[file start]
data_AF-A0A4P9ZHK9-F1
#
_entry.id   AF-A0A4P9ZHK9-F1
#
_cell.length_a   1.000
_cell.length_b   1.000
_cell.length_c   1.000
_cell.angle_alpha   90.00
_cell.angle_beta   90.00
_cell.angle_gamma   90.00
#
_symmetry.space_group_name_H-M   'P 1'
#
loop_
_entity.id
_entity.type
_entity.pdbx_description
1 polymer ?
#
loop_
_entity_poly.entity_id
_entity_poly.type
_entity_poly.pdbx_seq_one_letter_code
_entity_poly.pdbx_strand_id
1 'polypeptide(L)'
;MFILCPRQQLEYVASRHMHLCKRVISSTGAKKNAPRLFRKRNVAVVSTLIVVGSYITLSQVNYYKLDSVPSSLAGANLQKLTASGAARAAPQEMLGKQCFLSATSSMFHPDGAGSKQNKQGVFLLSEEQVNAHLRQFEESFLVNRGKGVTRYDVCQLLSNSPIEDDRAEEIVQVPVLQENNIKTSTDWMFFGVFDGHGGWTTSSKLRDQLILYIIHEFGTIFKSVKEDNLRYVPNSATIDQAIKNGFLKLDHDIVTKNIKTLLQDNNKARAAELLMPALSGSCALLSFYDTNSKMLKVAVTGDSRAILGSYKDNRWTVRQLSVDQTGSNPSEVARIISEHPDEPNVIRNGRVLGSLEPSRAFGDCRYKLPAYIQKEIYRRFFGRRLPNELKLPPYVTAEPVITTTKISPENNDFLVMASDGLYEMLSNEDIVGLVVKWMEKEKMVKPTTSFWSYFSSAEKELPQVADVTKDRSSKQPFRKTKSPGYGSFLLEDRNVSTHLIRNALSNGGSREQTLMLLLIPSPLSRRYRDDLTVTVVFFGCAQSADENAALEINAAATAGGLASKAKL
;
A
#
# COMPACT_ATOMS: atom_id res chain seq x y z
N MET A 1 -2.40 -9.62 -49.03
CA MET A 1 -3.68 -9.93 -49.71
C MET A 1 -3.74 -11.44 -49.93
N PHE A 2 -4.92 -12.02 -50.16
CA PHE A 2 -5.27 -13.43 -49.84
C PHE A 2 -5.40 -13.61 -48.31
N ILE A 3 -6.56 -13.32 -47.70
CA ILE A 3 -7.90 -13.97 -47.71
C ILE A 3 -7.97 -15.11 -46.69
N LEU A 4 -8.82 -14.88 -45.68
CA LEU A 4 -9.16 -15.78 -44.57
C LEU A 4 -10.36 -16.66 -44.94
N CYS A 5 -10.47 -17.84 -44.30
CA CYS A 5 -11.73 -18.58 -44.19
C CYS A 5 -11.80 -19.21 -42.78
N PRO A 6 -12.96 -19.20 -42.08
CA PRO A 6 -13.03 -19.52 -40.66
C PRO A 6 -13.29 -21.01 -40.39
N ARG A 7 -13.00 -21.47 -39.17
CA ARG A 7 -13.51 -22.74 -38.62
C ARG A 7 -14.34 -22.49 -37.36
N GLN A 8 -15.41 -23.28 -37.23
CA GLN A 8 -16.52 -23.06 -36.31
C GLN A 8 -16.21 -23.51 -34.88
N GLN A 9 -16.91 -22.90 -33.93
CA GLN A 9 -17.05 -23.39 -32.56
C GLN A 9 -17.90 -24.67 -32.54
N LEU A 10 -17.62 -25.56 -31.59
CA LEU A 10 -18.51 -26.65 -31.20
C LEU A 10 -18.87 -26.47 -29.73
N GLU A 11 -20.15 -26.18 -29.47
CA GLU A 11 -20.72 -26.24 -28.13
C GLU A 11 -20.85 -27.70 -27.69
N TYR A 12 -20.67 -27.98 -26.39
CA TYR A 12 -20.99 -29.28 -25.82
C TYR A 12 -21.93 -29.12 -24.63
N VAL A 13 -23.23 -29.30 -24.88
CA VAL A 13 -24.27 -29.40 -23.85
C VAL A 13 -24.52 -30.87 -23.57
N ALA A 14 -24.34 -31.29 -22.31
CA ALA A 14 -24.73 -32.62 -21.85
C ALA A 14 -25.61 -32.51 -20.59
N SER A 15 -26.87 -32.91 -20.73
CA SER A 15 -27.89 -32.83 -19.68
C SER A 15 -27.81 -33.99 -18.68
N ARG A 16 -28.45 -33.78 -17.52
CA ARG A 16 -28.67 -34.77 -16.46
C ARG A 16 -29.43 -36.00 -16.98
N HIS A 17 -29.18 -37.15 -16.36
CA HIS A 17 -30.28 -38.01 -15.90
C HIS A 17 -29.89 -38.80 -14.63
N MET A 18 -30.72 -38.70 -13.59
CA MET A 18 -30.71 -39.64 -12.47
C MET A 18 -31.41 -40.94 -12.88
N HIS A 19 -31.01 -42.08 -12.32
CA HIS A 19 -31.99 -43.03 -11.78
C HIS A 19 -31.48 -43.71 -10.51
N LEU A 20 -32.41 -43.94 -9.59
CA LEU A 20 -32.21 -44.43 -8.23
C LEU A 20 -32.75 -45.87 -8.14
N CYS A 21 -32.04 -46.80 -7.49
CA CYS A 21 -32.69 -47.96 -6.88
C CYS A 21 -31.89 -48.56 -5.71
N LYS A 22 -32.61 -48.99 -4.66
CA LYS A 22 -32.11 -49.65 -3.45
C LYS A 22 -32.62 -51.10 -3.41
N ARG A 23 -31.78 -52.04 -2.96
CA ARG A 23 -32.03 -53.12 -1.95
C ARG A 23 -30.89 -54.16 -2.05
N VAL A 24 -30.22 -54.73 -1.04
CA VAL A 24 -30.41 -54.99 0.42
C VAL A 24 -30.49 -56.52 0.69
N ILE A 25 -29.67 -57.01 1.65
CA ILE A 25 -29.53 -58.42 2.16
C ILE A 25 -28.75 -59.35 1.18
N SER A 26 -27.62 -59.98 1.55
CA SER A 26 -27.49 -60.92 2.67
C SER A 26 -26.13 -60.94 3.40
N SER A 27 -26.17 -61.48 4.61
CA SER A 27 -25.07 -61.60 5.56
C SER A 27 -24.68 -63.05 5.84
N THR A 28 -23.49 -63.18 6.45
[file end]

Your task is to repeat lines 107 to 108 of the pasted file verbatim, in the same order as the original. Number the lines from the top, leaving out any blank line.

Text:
CA SER A 26 -27.49 -60.92 2.67
C SER A 26 -26.13 -60.94 3.40